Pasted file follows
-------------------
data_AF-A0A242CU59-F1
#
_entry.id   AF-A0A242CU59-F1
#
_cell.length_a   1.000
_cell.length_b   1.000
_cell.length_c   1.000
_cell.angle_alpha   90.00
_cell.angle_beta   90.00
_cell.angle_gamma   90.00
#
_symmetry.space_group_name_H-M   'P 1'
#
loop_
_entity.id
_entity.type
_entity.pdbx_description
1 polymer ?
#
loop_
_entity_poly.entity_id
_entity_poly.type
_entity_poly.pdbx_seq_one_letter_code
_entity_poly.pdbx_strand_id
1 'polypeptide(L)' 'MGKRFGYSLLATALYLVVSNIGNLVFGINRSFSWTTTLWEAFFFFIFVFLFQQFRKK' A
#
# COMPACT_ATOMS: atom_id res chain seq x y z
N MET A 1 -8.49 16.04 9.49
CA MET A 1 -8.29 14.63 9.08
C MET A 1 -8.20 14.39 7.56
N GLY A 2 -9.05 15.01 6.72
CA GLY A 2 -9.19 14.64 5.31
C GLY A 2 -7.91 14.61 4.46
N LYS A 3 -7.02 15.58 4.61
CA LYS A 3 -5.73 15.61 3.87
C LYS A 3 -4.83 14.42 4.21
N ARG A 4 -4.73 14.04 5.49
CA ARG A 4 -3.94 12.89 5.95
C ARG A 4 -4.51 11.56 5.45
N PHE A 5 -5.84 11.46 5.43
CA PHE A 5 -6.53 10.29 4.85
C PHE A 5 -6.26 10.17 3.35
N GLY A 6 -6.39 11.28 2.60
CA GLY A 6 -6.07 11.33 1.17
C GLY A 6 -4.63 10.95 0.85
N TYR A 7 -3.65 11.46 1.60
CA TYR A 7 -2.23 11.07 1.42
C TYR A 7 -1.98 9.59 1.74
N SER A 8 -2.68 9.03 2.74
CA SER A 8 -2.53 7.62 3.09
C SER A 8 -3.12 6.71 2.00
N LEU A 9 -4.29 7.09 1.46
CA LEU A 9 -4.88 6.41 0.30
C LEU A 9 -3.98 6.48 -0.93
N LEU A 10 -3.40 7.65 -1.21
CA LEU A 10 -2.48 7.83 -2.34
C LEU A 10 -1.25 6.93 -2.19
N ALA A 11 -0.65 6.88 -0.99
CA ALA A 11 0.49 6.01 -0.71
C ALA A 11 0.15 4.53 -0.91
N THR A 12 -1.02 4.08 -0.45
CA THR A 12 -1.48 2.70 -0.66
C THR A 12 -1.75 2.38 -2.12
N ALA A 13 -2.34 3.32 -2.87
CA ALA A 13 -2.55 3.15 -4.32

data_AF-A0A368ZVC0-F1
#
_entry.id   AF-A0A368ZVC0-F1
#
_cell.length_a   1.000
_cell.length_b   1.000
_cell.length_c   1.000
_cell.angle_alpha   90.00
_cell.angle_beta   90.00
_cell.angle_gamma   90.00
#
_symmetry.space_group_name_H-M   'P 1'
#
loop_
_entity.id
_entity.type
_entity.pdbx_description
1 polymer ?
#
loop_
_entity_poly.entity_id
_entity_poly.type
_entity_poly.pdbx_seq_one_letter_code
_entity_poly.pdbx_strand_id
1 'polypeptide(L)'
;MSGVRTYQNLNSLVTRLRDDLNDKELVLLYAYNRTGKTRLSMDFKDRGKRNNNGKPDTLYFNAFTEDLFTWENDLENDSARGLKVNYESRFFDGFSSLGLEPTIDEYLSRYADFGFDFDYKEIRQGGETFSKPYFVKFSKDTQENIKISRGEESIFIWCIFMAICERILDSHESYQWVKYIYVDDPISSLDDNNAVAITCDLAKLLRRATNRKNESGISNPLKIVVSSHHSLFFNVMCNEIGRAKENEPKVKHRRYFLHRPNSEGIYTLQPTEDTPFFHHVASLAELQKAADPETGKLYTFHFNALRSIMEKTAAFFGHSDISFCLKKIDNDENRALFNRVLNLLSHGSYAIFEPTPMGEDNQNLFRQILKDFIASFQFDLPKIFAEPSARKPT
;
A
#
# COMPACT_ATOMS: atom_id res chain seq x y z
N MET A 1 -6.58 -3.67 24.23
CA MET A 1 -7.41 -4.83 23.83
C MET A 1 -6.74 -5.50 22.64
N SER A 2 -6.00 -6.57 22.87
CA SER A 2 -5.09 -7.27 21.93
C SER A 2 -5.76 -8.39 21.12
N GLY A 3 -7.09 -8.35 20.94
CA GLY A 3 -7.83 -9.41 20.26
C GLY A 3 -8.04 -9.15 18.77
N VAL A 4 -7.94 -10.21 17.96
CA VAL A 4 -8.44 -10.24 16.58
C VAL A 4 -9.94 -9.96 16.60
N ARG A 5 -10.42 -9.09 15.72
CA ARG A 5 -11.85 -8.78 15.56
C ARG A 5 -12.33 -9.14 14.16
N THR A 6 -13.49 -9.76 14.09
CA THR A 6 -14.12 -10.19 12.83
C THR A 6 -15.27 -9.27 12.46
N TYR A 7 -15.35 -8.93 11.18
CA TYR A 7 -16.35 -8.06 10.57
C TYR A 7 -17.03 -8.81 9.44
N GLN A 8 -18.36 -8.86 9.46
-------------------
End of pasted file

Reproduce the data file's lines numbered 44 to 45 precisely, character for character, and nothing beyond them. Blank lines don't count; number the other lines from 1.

CA GLY A 6 -6.07 11.33 1.17
C GLY A 6 -4.63 10.95 0.85